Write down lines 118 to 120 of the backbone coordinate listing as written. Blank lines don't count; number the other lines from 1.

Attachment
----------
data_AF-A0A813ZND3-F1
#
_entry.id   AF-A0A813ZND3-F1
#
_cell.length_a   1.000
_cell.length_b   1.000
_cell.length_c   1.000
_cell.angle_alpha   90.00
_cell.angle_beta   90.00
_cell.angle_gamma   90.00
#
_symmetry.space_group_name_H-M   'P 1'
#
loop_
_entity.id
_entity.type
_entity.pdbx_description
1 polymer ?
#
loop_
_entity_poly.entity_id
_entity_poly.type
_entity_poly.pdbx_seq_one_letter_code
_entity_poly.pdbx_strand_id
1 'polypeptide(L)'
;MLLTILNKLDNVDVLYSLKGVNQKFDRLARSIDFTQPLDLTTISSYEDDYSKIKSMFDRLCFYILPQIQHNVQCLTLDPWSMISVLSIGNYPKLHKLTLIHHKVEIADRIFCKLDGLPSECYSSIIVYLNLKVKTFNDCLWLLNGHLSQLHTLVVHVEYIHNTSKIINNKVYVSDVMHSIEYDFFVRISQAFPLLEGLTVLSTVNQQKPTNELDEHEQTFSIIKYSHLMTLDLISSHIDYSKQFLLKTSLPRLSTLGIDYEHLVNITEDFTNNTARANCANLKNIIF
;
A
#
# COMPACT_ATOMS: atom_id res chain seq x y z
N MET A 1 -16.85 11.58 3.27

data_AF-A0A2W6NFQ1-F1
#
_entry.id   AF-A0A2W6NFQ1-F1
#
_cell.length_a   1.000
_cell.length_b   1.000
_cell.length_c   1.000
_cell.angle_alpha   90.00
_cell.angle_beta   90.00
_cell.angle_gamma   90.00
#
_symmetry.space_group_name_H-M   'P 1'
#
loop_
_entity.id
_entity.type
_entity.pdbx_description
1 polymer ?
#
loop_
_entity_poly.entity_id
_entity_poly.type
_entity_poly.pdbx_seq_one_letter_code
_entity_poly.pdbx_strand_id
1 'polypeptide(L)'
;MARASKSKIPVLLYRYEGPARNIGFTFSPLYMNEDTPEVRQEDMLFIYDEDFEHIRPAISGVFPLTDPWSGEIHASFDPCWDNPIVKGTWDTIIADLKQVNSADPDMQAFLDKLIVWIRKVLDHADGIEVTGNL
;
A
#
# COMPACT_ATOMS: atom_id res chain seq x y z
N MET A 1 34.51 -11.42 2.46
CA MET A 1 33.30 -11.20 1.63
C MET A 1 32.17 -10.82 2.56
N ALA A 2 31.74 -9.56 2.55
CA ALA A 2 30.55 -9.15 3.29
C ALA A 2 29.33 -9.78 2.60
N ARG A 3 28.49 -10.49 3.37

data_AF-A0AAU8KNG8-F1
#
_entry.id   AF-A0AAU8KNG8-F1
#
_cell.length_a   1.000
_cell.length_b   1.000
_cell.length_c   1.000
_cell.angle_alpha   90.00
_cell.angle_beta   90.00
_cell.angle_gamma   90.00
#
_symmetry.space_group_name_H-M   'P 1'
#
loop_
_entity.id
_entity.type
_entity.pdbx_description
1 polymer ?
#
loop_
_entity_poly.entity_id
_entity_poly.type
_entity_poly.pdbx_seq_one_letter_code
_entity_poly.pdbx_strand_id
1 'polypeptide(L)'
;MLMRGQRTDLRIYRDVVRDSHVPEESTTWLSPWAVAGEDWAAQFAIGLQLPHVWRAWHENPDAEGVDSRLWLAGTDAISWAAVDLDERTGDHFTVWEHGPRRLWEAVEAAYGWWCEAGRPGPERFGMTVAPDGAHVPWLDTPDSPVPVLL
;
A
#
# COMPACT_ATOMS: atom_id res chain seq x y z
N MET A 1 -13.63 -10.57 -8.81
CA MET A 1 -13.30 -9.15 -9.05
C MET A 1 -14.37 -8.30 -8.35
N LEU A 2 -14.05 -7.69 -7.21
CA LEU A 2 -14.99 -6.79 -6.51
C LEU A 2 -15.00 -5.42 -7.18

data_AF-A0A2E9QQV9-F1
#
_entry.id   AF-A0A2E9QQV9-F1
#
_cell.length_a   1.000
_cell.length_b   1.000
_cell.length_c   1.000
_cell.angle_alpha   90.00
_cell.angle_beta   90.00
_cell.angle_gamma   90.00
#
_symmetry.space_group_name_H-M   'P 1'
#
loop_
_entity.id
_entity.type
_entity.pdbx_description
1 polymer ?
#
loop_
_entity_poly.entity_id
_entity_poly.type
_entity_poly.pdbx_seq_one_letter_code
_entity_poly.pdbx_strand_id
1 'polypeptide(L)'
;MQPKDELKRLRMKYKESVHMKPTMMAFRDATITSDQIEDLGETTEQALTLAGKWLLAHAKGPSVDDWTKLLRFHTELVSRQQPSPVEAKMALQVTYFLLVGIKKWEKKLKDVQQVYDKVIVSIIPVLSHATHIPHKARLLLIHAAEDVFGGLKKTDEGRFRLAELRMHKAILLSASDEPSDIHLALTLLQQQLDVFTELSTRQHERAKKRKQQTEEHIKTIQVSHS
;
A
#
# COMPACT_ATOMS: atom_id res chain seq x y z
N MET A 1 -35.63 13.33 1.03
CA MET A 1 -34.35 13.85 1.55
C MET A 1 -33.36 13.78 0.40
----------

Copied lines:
loop_
_entity.id
_entity.type